The third in Brooke-Rose's sequence of early realist novels, The Dear Deceit, first published in 1960, chronicles in reverse the misadventures of Alfred Northbrook Hayley, a scheming opportunist whose canards and manipulations are met with fatigue and irritation among his family, and whose romantic, financial, and religious struggles form in part a striking autobiographical portrait of Brooke-Rose's own father, Alfred Rose. By moving in reverse order from adulthood to childhood, the novel is structured as a form of genealogical investigation, subverting the conventional bildungsroman by presenting a sequence of sometimes disconnected episodes rather than a coherent lifestory. This first paperback edition contains an illuminating introduction by Joseph Andrew Darlington, who traces via archival material the parallels with Brooke-Rose's own family history, and her careful splicing of fiction and fact. The Dear Deceit is perhaps her most sombre work, if still sharp with satirical observation and witty, cutting dialogue.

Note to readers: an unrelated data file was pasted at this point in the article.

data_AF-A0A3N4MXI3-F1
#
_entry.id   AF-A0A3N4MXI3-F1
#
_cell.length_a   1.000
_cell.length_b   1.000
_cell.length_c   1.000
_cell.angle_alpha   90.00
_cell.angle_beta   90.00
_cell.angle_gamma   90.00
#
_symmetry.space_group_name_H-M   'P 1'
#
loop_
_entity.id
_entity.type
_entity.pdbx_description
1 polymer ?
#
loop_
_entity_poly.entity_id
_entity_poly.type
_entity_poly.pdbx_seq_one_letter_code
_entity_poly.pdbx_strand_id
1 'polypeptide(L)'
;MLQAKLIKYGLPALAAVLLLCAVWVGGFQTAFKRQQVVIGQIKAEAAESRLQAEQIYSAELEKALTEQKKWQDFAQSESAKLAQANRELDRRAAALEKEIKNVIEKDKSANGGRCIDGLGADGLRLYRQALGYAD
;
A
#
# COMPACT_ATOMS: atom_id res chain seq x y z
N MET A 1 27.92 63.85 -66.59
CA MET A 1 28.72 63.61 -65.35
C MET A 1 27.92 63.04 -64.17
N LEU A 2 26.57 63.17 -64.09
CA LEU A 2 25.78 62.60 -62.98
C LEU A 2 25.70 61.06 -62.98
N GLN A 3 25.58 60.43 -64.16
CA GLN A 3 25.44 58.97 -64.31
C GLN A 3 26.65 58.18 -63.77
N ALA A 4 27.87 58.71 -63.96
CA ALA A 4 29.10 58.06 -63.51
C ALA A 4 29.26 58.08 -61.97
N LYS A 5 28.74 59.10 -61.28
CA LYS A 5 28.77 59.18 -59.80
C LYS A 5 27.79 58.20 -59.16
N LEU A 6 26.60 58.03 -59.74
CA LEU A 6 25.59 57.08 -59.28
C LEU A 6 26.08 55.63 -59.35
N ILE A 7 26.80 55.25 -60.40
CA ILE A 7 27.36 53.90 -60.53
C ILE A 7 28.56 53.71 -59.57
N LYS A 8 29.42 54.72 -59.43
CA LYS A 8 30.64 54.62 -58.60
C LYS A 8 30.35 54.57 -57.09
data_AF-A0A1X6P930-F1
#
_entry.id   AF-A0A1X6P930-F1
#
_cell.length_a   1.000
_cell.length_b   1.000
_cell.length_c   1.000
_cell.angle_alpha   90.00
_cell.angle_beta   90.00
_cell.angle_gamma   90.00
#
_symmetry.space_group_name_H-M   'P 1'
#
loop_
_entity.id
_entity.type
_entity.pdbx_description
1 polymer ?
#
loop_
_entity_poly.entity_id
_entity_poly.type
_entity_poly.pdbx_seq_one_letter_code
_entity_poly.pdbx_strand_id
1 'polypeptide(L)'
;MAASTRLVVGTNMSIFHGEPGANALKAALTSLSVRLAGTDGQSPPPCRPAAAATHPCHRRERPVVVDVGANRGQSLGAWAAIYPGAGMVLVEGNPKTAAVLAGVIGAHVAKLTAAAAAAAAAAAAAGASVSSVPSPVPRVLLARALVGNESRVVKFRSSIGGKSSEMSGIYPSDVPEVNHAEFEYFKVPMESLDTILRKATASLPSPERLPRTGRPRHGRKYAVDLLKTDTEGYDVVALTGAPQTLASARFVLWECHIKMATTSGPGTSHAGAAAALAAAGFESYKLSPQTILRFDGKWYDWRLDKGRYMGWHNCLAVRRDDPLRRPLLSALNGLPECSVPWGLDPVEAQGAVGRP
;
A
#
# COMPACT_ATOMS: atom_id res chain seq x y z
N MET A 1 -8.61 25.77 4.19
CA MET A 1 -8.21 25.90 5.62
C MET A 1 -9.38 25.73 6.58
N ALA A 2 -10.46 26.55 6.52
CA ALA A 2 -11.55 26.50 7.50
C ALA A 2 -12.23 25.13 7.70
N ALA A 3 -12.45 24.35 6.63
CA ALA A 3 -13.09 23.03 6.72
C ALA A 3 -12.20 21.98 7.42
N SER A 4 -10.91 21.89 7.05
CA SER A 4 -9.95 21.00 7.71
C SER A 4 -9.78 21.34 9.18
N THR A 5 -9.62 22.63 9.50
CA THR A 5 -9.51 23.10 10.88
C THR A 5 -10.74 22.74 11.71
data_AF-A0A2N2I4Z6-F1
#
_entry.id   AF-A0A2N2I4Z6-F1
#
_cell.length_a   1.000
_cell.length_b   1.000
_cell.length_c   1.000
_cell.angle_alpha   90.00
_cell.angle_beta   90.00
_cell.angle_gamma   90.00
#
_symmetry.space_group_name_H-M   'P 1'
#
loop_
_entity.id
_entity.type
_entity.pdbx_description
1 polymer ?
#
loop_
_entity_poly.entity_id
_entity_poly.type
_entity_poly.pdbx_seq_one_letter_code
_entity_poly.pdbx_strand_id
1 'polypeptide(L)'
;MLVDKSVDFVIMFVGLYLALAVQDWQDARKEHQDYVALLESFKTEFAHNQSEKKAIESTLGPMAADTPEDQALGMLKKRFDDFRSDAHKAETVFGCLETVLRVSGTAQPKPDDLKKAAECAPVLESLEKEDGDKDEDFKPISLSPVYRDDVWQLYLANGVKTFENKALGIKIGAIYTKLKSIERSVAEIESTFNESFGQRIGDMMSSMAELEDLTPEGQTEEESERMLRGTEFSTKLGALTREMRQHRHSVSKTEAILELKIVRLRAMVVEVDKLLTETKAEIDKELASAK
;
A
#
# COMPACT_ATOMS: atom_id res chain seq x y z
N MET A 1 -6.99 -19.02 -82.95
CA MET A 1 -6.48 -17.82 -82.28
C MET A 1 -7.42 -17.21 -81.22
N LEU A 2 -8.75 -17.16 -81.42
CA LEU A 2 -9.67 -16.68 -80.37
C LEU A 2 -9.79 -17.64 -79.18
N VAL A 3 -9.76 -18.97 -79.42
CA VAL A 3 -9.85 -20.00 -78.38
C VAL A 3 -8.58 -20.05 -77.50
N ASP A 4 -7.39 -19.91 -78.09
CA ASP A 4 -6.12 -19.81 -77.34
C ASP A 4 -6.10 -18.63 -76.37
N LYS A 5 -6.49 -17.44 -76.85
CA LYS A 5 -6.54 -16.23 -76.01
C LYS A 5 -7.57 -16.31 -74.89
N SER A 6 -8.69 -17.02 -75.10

December 2014 : Paperback